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Hampton Roads Community News

Spring’s Eternal Power

By Sean C. Bowers

Whether it is putting a little extra “spring” into your step, or “springing forth” a new idea, concept or creation, the warmth and longer days of Spring usher in our personal growing season.

Like plants surviving through the cold winter months, our “seeds” of inspiration often lay dormant (hunkered down due to Covid-19’s restrictions), awaiting the thaw of warmer climates.

Combing through the compact disc sections, looking for deals on motivational music, I stumbled upon the perfect jazz gift and (mental reinforcement) message. Bill Evan’s Jazz CD entitled, “You Must Believe in Spring,” caught my eye. As I flipped over the CD, the quote on the back was all I needed to make the purchase (sound unheard) for fifty cents. Priceless! It contained a Francis Davis quote, “Like all great art, this music provokes a spectrum of emotions – not least the elation of being in the presence of great art.”

Each week over these past twenty-four years of writing for the Guide, I have sought to create, write and bring my soul to life through my poetic pen’s purposeful willful art-therapy, always in search of the perfect balance, the truthful fairness of each address, the stick-to-it-ness to never sweep difficult topics under the “White Privilege” rug for any reason. That unattainable perfection is the constant goal.

Each of us has within those gifts that we have the choice to either offer to others and share, or to keep to ourselves. The decision to come forward “into the light” of public awareness is not a simple one. Yet our selflessness to share becomes, in many ways, another conduit through which to show just how much we can dare to care, no matter who approves or stares.

Our internal timetable, like Spring, is that blossoming and blooming of our “true colors.” We are all in this wide beautiful world, in living color, tie-dyed, stained-glassed, water-colored, walking, talking, singing, drawing, dancing, writing works of art, or waiting to be debuted.

For the hesitant, there is no time like the present. Kicking the internal “creative can” down the street for yet another year, reason, or season, can hold us back from making our truest maximum impact for good in the lives of others.

As the river has two sides, so do our offerings and spiritual “self-tithing.” Side one is how making the creation known frees up much needed space for new and even more intense offerings to manifest themselves from within and above. It “clears the mechanism” so to speak.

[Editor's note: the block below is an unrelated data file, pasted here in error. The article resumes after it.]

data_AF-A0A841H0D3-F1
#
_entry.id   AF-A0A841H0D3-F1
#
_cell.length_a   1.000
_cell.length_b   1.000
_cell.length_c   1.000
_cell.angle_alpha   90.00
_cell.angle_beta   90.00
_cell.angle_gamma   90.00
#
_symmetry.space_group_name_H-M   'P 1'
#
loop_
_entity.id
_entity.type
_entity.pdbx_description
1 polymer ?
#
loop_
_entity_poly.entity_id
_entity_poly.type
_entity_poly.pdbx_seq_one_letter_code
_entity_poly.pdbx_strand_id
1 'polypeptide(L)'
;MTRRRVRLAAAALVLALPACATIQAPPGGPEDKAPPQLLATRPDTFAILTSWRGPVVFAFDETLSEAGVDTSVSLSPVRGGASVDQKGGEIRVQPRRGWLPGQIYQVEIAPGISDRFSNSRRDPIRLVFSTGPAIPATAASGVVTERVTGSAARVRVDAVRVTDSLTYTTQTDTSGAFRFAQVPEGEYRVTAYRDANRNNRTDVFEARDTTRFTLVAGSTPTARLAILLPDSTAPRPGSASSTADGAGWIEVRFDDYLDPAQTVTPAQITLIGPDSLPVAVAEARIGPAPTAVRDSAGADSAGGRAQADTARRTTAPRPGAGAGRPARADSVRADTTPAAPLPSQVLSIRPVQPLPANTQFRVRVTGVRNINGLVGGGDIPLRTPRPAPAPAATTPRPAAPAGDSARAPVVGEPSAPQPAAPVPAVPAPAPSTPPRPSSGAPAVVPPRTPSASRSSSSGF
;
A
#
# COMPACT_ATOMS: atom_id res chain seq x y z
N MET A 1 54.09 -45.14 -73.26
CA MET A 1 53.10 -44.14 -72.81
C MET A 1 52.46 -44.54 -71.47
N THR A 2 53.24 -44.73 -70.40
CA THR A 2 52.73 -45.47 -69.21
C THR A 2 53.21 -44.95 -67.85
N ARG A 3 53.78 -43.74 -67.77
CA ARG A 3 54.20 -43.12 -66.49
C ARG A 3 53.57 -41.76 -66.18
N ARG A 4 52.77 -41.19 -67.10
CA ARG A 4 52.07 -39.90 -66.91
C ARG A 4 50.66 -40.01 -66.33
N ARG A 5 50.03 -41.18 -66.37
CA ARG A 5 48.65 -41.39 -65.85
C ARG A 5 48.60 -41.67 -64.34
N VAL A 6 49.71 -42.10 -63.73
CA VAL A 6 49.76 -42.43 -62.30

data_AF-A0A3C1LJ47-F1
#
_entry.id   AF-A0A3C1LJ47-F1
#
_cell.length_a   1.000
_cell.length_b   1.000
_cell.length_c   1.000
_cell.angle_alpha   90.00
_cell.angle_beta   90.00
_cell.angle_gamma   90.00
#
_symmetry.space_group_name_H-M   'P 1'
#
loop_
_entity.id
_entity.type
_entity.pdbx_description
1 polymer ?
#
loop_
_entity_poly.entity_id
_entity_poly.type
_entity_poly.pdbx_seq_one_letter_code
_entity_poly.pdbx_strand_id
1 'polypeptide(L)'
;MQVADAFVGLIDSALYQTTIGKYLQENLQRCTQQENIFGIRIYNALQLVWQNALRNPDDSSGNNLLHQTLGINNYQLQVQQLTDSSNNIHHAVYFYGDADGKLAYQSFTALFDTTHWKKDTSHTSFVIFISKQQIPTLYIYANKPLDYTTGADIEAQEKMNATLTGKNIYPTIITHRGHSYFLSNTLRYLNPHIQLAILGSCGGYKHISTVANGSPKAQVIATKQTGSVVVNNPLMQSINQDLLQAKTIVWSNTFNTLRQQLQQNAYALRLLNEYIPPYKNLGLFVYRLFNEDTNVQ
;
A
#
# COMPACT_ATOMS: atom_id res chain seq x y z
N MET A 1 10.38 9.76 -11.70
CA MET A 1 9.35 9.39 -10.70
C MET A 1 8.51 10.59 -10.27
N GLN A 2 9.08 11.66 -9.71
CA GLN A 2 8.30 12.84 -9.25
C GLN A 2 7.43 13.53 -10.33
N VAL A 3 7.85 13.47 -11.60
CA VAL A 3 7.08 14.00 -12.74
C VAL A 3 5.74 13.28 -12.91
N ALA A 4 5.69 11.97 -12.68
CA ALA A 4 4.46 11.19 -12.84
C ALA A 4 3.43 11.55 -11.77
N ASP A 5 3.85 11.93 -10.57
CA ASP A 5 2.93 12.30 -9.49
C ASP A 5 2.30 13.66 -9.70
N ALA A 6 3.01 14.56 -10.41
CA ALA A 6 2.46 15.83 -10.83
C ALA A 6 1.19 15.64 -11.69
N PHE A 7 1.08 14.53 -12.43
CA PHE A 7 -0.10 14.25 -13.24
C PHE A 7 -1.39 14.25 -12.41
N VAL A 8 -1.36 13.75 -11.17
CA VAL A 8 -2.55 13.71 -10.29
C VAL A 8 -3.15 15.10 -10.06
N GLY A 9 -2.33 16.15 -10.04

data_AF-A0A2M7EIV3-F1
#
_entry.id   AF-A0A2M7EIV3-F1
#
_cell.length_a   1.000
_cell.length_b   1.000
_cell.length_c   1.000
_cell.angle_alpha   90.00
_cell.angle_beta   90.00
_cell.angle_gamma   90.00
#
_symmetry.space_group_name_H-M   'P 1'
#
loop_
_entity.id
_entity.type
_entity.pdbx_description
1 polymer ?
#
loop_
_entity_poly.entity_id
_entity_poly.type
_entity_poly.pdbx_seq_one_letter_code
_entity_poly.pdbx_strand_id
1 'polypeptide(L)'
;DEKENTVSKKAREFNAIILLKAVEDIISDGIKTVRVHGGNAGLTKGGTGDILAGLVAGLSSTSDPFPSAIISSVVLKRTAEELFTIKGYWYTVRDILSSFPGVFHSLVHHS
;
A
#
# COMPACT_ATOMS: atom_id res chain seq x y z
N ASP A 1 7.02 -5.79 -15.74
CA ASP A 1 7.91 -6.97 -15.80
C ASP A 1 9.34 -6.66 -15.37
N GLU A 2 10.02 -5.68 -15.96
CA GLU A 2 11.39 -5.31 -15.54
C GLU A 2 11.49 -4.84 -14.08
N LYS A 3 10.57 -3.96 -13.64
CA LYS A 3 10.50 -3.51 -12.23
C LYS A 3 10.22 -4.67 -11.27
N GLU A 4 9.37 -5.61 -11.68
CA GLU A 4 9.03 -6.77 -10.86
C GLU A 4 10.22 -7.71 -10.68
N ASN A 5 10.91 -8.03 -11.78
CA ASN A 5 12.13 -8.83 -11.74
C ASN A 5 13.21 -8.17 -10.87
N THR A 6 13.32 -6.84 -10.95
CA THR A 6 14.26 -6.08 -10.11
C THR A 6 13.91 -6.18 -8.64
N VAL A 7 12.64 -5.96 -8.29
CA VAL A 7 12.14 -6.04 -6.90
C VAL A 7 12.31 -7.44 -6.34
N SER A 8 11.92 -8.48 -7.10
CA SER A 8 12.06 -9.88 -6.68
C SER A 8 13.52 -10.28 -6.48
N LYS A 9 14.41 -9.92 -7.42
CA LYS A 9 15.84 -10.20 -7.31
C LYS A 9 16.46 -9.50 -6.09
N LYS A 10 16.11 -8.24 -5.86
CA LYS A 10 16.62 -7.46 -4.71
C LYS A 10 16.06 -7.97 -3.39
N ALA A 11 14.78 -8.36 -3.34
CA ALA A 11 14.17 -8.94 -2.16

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Side two has to do with interpretive impact. For the listener, viewer, and reader our offerings can be just the required nudge of inspirational confirmation that we are never alone, or on our own in the darkness of self-doubt. The view of our work from the other side of the river, by others, can be much needed feedback that our work is reaching, possibly helping, and inspiring others. Negative feedback, over-amplified, is the dangerous side of that double-edged sword of justice.

The cautionary note is that artists, writers, and poets must create and offer forth our best, regardless of the reception and feedback. Fame and fortune are all too elusive for many great artists who create because it is who we are. It is in our blood. We wouldn’t be who we are if we didn’t walk the life-or-death creative tightrope of performance-offering. That is how we maximize our impact; worth, and ultimately our mental self-worth. We write because we must, as in the Heavens, we trust.

To everyone reading this: G(r)o(w)- forth and prosper. Take the leap, make the difference you know you can. Become the person you are destined to become. Don’t worry about the results. Step out on faith. You won’t know the full power of your volume and the reach of your “WILL” until you fully engage with your gift. Humanity is waiting. Spring into action!

Sean C. Bowers has written the last twenty-four years, as a White Quaker Southern man, for the nations’ third oldest Black Newspaper, the New Journal and Guide, of Norfolk, VA, about overcoming racism, sexism, classism, and religious persecution. Some of his latest NJ&G articles detailing the issues can found by searching “Sean C. Bowers” on the NJ&G website. Contact him directly on social media at or by e-mail NNPA 2019 Publisher of the Year, Brenda H. Andrews (NJ&G 34 years) has always been his publisher.

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